Our scientific results so far
What does this mean for soils and earthworms near you?



Earthworm Watch Results

With your amazing support during the survey, we've learnt the following about your earthworm community so far.


Highest Density of Earthworms

Vegetable beds had the highest density of total earthworms, particularly soil-feeding earthworms. This could be because there are higher nutrients (especially nitrogen and phosphorous) in vegetable beds due to the addition of fertilisers, compost, manure etc.

Surface Feeding Earthworms

Flower beds had the highest density of surface feeding earthworms. These earthworms feed on dead leaves rather than the soil itself, it could be flower beds have more dead leaves dropped from the plants compared to vegetable beds where the crop is usually completely removed.

Sandy Soil vs. Clay

Sandy soils have few earthworms and clay is good for soil-feeding earthworms. Sandy soils are not as good for earthworms as they tend to have less organic matter (for food) and drain faster so are too dry for earthworms.




Victoria Burton
postgraduate researcher and lead scientist

What Do the Results Mean?

“Victoria Burton, Postgraduate researcher and lead scientist on Earthworm Watch commented ‘I had expected for more earthworms to occur in lawns than other garden habitats as these are less disturbed by digging (which can damage earthworms) but the highest number of earthworms by far occurred in vegetable beds – probably because these have lots of nutrients added.”



Earthworms love their vegetables(beds)!

The data we have received so far demonstrates that the highest density of earthworms occurred in vegetable beds. These are regularly dug over and contain a high degree of nutrients, including organic matter. This is great news for families and gardeners who manage a vegetable patch and dig in organic matter such as well-rotted manure, compost, leaf-mould, or compost bark. It suggests that well-kept lawns aren’t the best habitat for earthworms, despite less disturbance from digging.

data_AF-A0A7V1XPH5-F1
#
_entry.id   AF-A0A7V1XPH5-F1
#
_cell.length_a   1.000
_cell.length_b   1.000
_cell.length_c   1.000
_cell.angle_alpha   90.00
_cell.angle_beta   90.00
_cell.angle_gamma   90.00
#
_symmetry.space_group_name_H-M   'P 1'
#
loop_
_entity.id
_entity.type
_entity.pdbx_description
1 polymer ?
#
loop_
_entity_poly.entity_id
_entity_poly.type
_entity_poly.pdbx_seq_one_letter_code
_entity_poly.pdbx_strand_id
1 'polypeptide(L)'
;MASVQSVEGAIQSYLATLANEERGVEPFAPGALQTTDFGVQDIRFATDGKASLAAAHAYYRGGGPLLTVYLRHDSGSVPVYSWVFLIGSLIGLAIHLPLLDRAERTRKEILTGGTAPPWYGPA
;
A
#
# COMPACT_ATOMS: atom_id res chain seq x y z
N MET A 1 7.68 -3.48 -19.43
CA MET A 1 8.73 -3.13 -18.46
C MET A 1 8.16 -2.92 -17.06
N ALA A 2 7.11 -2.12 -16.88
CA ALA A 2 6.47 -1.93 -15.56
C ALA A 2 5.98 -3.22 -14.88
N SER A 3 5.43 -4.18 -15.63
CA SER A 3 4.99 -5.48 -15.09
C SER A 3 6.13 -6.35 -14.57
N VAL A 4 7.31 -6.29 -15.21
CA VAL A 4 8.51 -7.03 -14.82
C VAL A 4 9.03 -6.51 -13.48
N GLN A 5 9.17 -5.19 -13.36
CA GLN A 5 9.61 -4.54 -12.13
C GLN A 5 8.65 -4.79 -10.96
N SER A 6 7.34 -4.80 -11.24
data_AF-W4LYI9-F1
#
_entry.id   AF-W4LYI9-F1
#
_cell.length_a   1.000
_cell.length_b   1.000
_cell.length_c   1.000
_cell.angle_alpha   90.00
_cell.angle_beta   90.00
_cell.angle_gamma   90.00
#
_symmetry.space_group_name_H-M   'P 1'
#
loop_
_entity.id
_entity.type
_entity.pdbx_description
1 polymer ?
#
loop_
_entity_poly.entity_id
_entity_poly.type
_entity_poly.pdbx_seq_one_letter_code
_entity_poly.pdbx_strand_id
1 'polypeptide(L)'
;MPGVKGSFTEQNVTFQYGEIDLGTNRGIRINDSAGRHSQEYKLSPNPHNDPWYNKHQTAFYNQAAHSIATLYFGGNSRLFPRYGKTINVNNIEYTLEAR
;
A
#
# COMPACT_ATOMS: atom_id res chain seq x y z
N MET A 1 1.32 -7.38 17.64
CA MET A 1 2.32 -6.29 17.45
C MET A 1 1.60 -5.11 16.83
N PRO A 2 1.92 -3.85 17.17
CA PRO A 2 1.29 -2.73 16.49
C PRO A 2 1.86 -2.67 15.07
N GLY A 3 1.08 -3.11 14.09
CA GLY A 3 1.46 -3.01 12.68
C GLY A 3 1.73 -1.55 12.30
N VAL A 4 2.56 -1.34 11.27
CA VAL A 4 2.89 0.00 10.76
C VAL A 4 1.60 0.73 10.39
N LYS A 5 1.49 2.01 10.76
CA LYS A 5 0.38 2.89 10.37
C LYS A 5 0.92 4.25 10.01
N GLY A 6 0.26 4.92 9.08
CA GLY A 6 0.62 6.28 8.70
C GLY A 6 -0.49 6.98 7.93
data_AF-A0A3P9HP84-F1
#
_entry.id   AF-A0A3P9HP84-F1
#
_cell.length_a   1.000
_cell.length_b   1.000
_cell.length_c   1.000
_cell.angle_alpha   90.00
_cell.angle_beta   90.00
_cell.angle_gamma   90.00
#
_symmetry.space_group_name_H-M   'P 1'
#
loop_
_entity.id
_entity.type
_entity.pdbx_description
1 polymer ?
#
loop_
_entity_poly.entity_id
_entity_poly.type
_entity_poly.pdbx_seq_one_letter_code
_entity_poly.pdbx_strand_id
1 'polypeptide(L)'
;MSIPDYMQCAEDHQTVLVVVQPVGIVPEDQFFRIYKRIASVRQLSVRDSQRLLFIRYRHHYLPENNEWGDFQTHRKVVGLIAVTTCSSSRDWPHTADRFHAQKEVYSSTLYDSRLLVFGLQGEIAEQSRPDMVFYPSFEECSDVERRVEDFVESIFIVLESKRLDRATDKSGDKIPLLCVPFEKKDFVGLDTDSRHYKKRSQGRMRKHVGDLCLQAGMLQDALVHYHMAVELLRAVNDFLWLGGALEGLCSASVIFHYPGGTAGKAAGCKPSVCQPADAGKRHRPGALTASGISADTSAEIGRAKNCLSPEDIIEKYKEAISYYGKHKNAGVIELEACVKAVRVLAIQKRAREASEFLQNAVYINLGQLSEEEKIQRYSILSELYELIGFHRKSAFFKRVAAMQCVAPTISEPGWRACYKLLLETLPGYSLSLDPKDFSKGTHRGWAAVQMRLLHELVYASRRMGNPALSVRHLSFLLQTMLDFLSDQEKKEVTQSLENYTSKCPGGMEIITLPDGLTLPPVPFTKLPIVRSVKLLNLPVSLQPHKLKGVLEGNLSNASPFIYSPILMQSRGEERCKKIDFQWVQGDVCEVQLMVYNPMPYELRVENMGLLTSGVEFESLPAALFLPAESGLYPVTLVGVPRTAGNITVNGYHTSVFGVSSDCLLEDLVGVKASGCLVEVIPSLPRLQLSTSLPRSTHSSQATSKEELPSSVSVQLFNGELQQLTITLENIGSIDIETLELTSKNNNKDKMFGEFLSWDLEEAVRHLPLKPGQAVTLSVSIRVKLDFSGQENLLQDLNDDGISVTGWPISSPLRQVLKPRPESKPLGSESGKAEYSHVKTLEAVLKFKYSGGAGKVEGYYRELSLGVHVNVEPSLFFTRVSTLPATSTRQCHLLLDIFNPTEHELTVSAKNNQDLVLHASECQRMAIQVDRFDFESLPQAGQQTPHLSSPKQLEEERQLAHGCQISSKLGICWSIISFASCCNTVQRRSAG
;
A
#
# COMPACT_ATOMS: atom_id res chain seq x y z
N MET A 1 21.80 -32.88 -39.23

Flower beds - A haven for surface feeding earthworms?

Flower beds had the highest density of surface-feeding earthworms who live within and feed on leaf litter. It seems that there is a greater abundance of material from decaying flowering plants which attract Epigeic (surface feeding) earthworms.

Therefore, if you want to attract surface feeding earthworms to improve your flower beds, try placing a covering of decaying leaf litter and organic material to encourage these earthworms who feed on micro-organisms and leaves on the surface.

Sandy vs. Clay Soils

Consistent with other studies, sandy soils are not as good for earthworms as they tend to have less organic matter (for food). They drain faster and are far too dry for earthworms. Clay soils are better for earthworms.

They are potentially fertile as they hold nutrients bound to the clay minerals in the soil. Clay soils also hold a higher proportion of water due to the capillary attraction of the tiny spaces between the numerous clay particles. Earthworms need moist soils to survive.

About Us

Earthworm Watch is a collaboration between Earthwatch Institute (Europe) and the Natural History Museum in London

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